Some non-traditional bands were featured as well, including perennial favorite Tom Rigney and Flambeau.
Ivory and Gold also graced the stage for several sets, including a gospel set with Jim Fryer and Jeff Barnhart’s sister, Jennifer, who had joined them in Lacey for a family event. Jennifer and Jeff and Anne sang together during this set and it was really a joy to hear. All four of these performers knew each other very well as was evident throughout the performance. You felt like you had wandered into the family living room and were treated to an intimate jam session. That was my favorite set.
There were also a few early ’20s bands, playing authentic scores from the ’20s. The first was the Graystone Monarchs under the direction of Josh Duffee. I think this band does not perform together very often, that the sheet music is handed out a week in advance and many of the players are sight reading. I know that Jeff Barnhart received his music the day before he played it and it was challenging. You would never know it listening to the music, however. It was performed flawlessly.
The second early ’20s band was the Fat Babies from Chicago. They also play ’20s and ’30s music from original scores and it was a real treat to watch them perform. They play together regularly.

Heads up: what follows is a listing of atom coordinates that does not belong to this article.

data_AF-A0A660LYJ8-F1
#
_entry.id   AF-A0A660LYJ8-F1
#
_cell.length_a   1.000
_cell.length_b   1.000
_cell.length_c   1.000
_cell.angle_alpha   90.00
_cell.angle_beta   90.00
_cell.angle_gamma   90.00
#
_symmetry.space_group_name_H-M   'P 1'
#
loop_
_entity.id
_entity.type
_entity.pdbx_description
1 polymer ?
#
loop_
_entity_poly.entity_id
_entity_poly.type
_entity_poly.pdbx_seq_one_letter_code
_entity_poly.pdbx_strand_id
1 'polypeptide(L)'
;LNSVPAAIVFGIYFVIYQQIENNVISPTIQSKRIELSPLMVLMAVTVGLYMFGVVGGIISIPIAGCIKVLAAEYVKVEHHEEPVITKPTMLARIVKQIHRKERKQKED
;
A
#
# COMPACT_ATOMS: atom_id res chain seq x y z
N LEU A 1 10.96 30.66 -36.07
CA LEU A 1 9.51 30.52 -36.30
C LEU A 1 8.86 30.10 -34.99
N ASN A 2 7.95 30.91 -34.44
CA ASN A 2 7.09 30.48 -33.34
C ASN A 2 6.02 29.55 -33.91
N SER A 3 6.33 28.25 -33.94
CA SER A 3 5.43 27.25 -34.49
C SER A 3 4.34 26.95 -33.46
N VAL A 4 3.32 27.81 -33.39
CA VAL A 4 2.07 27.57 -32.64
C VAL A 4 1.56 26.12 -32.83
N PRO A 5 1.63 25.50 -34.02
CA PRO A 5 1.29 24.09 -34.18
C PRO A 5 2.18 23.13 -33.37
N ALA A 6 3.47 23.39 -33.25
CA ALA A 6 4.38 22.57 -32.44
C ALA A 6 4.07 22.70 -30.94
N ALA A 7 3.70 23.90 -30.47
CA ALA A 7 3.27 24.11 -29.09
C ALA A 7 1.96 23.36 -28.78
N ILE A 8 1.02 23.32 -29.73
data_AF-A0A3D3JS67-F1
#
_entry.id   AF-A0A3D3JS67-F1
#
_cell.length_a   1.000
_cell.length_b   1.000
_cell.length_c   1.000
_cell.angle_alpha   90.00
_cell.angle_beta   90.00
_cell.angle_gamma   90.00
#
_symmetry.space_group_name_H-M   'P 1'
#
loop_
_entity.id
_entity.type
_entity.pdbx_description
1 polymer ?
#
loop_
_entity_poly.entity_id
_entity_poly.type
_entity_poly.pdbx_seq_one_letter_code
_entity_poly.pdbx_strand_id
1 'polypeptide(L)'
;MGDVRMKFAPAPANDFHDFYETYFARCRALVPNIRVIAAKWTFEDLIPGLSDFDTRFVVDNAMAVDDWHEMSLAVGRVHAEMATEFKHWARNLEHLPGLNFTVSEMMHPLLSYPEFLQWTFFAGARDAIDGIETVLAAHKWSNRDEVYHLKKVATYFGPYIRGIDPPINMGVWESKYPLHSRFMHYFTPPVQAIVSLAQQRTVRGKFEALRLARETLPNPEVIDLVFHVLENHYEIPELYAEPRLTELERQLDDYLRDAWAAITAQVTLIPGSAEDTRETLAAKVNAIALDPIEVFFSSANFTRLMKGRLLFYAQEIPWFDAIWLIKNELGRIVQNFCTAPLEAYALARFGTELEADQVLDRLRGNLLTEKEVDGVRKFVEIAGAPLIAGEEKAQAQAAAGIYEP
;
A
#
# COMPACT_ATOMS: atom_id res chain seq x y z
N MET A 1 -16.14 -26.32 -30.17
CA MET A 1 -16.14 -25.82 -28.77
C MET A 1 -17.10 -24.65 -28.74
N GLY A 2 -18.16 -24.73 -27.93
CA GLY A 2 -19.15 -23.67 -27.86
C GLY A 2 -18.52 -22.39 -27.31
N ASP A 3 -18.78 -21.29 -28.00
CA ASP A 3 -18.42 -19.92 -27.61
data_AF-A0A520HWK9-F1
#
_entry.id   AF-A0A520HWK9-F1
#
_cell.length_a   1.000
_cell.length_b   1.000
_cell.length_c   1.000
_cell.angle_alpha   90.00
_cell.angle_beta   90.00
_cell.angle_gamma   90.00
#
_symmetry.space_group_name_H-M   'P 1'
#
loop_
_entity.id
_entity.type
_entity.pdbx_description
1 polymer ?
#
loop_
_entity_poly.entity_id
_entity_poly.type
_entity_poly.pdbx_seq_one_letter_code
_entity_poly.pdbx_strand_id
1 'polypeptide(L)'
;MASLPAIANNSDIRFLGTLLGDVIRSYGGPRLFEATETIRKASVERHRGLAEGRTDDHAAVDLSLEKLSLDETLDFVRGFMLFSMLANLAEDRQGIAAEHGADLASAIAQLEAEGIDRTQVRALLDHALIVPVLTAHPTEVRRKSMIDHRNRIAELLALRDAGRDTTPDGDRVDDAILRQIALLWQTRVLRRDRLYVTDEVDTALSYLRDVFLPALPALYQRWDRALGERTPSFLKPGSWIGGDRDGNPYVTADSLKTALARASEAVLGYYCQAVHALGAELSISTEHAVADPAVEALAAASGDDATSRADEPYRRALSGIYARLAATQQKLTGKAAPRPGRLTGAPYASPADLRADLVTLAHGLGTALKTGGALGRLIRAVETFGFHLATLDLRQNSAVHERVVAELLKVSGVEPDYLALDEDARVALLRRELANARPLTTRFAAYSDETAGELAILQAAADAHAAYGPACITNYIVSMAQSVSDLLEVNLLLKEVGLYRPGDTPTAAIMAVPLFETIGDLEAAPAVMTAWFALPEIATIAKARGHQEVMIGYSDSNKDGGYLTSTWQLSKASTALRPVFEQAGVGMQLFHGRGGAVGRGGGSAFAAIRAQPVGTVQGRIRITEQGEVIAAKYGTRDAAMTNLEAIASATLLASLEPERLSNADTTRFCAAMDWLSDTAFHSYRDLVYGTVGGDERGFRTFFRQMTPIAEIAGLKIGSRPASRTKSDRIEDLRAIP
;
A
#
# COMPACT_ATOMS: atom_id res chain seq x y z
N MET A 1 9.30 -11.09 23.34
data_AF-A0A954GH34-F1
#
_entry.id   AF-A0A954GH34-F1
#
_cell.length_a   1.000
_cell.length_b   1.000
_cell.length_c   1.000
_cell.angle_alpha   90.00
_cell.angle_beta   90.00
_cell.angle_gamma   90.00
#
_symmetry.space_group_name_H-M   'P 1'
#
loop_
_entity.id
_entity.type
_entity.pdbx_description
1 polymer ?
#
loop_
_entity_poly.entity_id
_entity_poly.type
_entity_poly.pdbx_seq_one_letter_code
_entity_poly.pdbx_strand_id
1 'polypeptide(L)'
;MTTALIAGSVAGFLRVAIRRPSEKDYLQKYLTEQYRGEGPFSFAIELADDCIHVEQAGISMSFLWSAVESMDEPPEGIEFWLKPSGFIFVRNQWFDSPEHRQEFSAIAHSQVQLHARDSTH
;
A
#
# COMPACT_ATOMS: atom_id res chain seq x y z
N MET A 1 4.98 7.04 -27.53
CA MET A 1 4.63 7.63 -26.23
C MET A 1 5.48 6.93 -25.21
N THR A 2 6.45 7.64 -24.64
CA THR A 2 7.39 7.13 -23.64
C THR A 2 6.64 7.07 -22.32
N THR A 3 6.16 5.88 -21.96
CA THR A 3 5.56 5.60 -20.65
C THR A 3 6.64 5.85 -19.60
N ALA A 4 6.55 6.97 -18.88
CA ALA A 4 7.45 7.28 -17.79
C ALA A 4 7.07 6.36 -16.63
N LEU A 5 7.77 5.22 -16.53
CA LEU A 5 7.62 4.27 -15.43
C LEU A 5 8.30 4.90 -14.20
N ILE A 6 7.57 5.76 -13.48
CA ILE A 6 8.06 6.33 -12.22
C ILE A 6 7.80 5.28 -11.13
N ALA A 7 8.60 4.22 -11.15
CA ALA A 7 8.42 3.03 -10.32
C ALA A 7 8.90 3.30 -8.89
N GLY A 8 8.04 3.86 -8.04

My other favorite set was Jeff Barnhart’s Fats Waller tribute, where he talked extensively about the life and times of Fats Waller. I was particularly interested in his dissertation on rent parties. Fats was frequently requested to play at these parties, where the dwelling owner charged a small fee to attend. This money defrayed the expenses of the party and also the next month’s rent! I am so intrigued by this that I have decided that we will have a “rent party” during our festival and put any donations towards our BSR scholarship fund.
The best thing about the Lacey Festival is the “After Party” thrown at Tugboat Annies at the Budd Inlet in Olympia. A big room in the restaurant is reserved for this party and everyone is seated German style. Food and drinks are served throughout the evening while two sets are played by festival bands. The first set was a reprise of Charlotte’s Boys, overseen by Jeff Barnhart. This is another band that does not perform together often, but puts on a great show, with lots of laughs in between the songs. This was followed by a very energetic set of Grand Dominion. By this time, everyone was really warmed up, and there was dancing in the aisles and small spaces between the tables, culminating in a grand napkin parasol parade around the establishment, where almost as many people were in the aisles as stayed seated.
This was truly a great ending to a great event and I know that Charlotte can feel deservedly proud of the fine work that she has done over the years to make this what it is. But I also know that Karla will do a fine job and that we can look forward to many more excellent festivals at Lacey.